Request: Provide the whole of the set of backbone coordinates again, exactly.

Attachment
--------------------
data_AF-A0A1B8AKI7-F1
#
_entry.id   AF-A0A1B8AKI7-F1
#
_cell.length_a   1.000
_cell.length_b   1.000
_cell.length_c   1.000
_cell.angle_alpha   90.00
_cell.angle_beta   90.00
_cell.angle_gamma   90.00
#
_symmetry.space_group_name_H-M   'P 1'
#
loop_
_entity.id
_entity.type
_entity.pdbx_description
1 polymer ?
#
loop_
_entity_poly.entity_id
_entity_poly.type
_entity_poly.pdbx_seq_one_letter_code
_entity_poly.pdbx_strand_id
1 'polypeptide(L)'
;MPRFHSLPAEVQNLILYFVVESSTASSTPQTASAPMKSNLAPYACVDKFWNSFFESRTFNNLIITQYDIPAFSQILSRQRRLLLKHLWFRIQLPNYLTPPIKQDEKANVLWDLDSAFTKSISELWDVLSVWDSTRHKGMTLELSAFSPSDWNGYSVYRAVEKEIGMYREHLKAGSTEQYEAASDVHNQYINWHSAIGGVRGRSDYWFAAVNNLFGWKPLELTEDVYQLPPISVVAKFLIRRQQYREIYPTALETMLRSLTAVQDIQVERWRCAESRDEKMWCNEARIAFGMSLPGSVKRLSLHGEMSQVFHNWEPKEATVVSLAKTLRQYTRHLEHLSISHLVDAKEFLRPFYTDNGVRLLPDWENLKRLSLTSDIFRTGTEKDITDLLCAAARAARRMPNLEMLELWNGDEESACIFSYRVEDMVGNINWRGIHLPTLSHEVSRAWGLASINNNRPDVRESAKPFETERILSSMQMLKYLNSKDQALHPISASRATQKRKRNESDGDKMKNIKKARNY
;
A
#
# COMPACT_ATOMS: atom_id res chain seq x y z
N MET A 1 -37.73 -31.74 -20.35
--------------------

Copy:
data_AF-A0A1B8AKI7-F1
#
_entry.id   AF-A0A1B8AKI7-F1
#
_cell.length_a   1.000
_cell.length_b   1.000
_cell.length_c   1.000
_cell.angle_alpha   90.00
_cell.angle_beta   90.00
_cell.angle_gamma   90.00
#
_symmetry.space_group_name_H-M   'P 1'
#
loop_
_entity.id
_entity.type
_entity.pdbx_description
1 polymer ?
#
loop_
_entity_poly.entity_id
_entity_poly.type
_entity_poly.pdbx_seq_one_letter_code
_entity_poly.pdbx_strand_id
1 'polypeptide(L)'
;MPRFHSLPAEVQNLILYFVVESSTASSTPQTASAPMKSNLAPYACVDKFWNSFFESRTFNNLIITQYDIPAFSQILSRQRRLLLKHLWFRIQLPNYLTPPIKQDEKANVLWDLDSAFTKSISELWDVLSVWDSTRHKGMTLELSAFSPSDWNGYSVYRAVEKEIGMYREHLKAGSTEQYEAASDVHNQYINWHSAIGGVRGRSDYWFAAVNNLFGWKPLELTEDVYQLPPISVVAKFLIRRQQYREIYPTALETMLRSLTAVQDIQVERWRCAESRDEKMWCNEARIAFGMSLPGSVKRLSLHGEMSQVFHNWEPKEATVVSLAKTLRQYTRHLEHLSISHLVDAKEFLRPFYTDNGVRLLPDWENLKRLSLTSDIFRTGTEKDITDLLCAAARAARRMPNLEMLELWNGDEESACIFSYRVEDMVGNINWRGIHLPTLSHEVSRAWGLASINNNRPDVRESAKPFETERILSSMQMLKYLNSKDQALHPISASRATQKRKRNESDGDKMKNIKKARNY
;
A
#
# COMPACT_ATOMS: atom_id res chain seq x y z
N MET A 1 -37.73 -31.74 -20.35